Screenshot 2014-04-14 19.14.24

After returning from the reboot it’s time to activate:

Screenshot 2014-04-14 19.16.08

This should work with no issues, but if the key was used previously activation is just a (fully automated) phone call away:

Screenshot 2014-04-14 19.18.31

Hurray we’re genuine!

Screenshot 2014-04-14 19.19.06

Next up is the tools install once again:

Screenshot 2014-04-14 19.19.55

Restart to complete:

Screenshot 2014-04-14 19.28.28

When we return it is time to setup vSphere 5.5.  Pop in the VIMSetup-ALL volume and the Autorun will bring up the main setup:

Screenshot 2014-04-14 19.46.39

Pre-reqs check is very easy and should pass with no issues if DNS has been correctly configured and the PC can resolve its own name:

Screenshot 2014-04-14 19.47.44

Next we provide a password for the vCenter Single Sign On facility administrator account.  This is super important as it will be the account you have to use for initial logon to the vCenter:

Screenshot 2014-04-14 19.47.58

Here we can provide a site name.  I just stick with “default-first-site” in the lab, but in a real scenario a properly descriptive site name should be used and follow some reasonable naming convention:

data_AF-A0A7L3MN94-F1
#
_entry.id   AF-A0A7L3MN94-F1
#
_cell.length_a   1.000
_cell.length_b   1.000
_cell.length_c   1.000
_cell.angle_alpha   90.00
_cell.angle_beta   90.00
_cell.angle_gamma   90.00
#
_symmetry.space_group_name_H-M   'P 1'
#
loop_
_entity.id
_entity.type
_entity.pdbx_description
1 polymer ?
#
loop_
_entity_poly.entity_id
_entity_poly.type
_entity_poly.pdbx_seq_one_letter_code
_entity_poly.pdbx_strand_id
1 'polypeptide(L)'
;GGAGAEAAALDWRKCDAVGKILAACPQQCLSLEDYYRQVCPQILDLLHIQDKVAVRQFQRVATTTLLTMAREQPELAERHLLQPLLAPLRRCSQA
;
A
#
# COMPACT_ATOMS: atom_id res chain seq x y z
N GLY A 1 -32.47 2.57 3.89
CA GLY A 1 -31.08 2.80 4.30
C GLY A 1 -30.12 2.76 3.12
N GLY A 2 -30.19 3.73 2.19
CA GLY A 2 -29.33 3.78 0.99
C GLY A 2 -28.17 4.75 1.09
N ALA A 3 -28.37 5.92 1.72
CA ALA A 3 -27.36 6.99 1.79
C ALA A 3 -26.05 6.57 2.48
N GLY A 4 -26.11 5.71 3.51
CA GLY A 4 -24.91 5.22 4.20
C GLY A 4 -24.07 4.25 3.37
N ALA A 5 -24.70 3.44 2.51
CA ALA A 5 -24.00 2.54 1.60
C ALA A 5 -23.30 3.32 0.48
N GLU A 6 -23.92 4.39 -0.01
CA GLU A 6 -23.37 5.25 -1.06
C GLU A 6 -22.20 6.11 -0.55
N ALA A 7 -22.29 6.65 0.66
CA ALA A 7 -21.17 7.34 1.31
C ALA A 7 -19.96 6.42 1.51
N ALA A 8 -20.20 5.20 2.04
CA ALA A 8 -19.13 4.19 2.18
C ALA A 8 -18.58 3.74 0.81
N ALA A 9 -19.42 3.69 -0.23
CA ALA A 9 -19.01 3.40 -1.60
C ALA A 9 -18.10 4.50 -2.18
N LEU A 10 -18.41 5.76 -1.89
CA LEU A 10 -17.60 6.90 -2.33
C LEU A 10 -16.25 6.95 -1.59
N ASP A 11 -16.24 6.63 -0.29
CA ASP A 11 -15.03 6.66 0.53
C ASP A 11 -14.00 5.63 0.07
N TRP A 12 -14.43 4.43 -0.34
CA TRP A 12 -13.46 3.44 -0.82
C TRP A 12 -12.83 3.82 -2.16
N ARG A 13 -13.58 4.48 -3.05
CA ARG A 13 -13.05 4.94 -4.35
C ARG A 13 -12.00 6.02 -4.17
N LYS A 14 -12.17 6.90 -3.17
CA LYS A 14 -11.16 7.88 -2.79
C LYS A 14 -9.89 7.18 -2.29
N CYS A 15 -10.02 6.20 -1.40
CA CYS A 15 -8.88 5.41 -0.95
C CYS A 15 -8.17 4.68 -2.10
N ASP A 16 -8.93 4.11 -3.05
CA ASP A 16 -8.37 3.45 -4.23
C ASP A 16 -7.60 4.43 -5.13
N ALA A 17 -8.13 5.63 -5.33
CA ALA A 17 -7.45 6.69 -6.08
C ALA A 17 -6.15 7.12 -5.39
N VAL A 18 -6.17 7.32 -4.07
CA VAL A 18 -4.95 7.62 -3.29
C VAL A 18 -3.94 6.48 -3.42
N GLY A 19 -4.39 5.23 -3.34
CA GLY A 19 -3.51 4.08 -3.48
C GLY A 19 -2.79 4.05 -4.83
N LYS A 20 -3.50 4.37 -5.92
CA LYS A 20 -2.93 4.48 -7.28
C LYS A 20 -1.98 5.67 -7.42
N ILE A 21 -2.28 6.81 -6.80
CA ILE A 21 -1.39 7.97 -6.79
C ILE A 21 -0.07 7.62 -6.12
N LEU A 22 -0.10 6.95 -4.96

Screenshot 2014-04-14 19.48.38

Here we set the TCP port for the SSO service (I leave the default):

Screenshot 2014-04-14 19.50.41

You can change the destination folder for vCenter if you want or need to:

Screenshot 2014-04-14 19.50.46

With all of the upfront work done we can go ahead and Install:

Screenshot 2014-04-14 19.50.51

Files will copy…

Screenshot 2014-04-14 19.50.55

The installation process is scripted.  At points it will appear to stop and return to the main Install screen.  It is not in fact stopping, but rather the script is still working in the background and launching the next component install.  Be patient until the final notification that all setup is completed: